William Wordsworth had framed the French revolution and immortalized himself by his famous lines, “Bliss it was in that dawn to be alive, but to be young was very heaven”. Such is the sentiment of young PTI supporters and many others who see a new Pakistan being born in the July elections.
What kind of Pakistan emerges remains to be seen, but after decades a new national party has emerged in power that derives its support from every nook and corner of the country. Imran Khan’s PTI has won seats from KP, Punjab, Sindh, Karachi, Balochistan, Islamabad and FATA, disappointing all those who had prophesied that future of Pakistan lies with regional parties with localized pockets of influence.
Most amazing were the results from Karachi where PTI has emerged as the single largest party with 14 seats out of 21. But PTI that is set to form governments in Center, Punjab and KP is confronted by humongous challenges. Outgoing Nawaz government has left a huge debt crisis with external debt now close to $90 billion and internal borrowing in excess of Rs.16,000 billion – more than Rs.7000 billion added in the last 4 years alone.
Exports are now all time low below $20 billion and imports are all time high above $50 billion, budget deficit was never that high even in Pakistan’s tumultuous history and oil prices are now gradually rising in international markets. New government will need quick decision making and legislation but it will have a slim majority in center and Punjab and is confronted with the biggest opposition in Pakistan’s history.
Knocking at IMF doors looks inevitable, but Washington appears displeased with the direction of political change in Pakistan and US-led media launched an unprecedented demonization campaign against the elections – calling Imran Khan as Army’s stooge and elections bogus and rigged.
There is little evidence on ground to justify these wild assertions as we examine in our elections special feature articles. The August issue also dovetails with Pakistan’s 71st anniversary. We examine the state of politics and society.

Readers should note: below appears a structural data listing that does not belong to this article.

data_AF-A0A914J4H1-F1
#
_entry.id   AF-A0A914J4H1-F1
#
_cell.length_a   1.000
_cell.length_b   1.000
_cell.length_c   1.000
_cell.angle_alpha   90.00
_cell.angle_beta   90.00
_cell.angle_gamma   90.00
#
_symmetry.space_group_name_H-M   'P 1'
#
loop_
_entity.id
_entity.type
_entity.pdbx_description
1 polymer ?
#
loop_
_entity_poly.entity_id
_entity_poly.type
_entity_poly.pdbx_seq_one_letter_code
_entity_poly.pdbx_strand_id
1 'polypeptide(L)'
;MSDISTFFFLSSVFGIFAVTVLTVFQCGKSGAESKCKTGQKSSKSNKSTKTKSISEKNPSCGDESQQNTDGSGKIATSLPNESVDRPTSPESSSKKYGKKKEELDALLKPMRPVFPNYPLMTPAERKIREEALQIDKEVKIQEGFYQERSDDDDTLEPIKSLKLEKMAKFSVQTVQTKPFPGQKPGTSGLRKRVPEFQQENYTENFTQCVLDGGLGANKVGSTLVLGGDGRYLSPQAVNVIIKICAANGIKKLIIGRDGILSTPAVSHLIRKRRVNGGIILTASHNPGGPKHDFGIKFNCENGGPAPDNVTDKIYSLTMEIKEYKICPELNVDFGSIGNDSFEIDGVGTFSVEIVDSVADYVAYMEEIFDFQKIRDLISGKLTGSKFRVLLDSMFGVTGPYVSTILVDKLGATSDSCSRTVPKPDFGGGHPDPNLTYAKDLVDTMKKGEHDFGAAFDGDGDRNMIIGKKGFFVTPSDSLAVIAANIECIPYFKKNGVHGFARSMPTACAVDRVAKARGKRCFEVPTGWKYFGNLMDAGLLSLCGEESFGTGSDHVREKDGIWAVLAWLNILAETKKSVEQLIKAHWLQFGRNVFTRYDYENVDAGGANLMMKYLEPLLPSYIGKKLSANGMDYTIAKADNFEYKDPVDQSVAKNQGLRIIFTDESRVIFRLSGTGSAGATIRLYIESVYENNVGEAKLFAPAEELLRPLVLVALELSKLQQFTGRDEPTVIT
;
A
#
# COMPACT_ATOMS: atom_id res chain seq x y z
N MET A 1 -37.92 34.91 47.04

Prof. Adil Najam, Dean of Pardee School of Global Studies, Boston University, takes the lead in arguing that Pakistan’s future lies with its young, Asif Aqeel, explains the role that different minorities have played in Pakistan’s creation and its subsequent development. Asim Imdad, an ex-DMG officer laments over the evolution of civil services into something very different from what it was supposed to be.
Ambassador Munir Akram, from New York, applies the real politick lens on challenges faced by the state, whilst Sudheendra Kulkarni, former aide to Prime Minister Vajpayee, explains how both countries have drifted away from the vision of their founding fathers.
Ex-Foreign Secretary Salman Bashir questions whether the democratic governance model promulgated in South Asia is best for achieving the development of close to 2 billion people. Academic and author Huma Kirmani, takes us on a path to explain the evolution of English literature in the country since 1947 and the GVS team does the same for Pakistani cinema; there really was a time when people moved back from India to work in Pakistani movies.
Pakistan’s Ambassador to the USA, Ali Jehangir Siddiqui gave time to GVS to explain how he is taking a cue from Trump to improve our trade relations with the USA among other things and Dr Sahar Khan from the Cato Institute explains why both countries should stop being judgmental over each other and just learn to live with the lowest common denominator interests.
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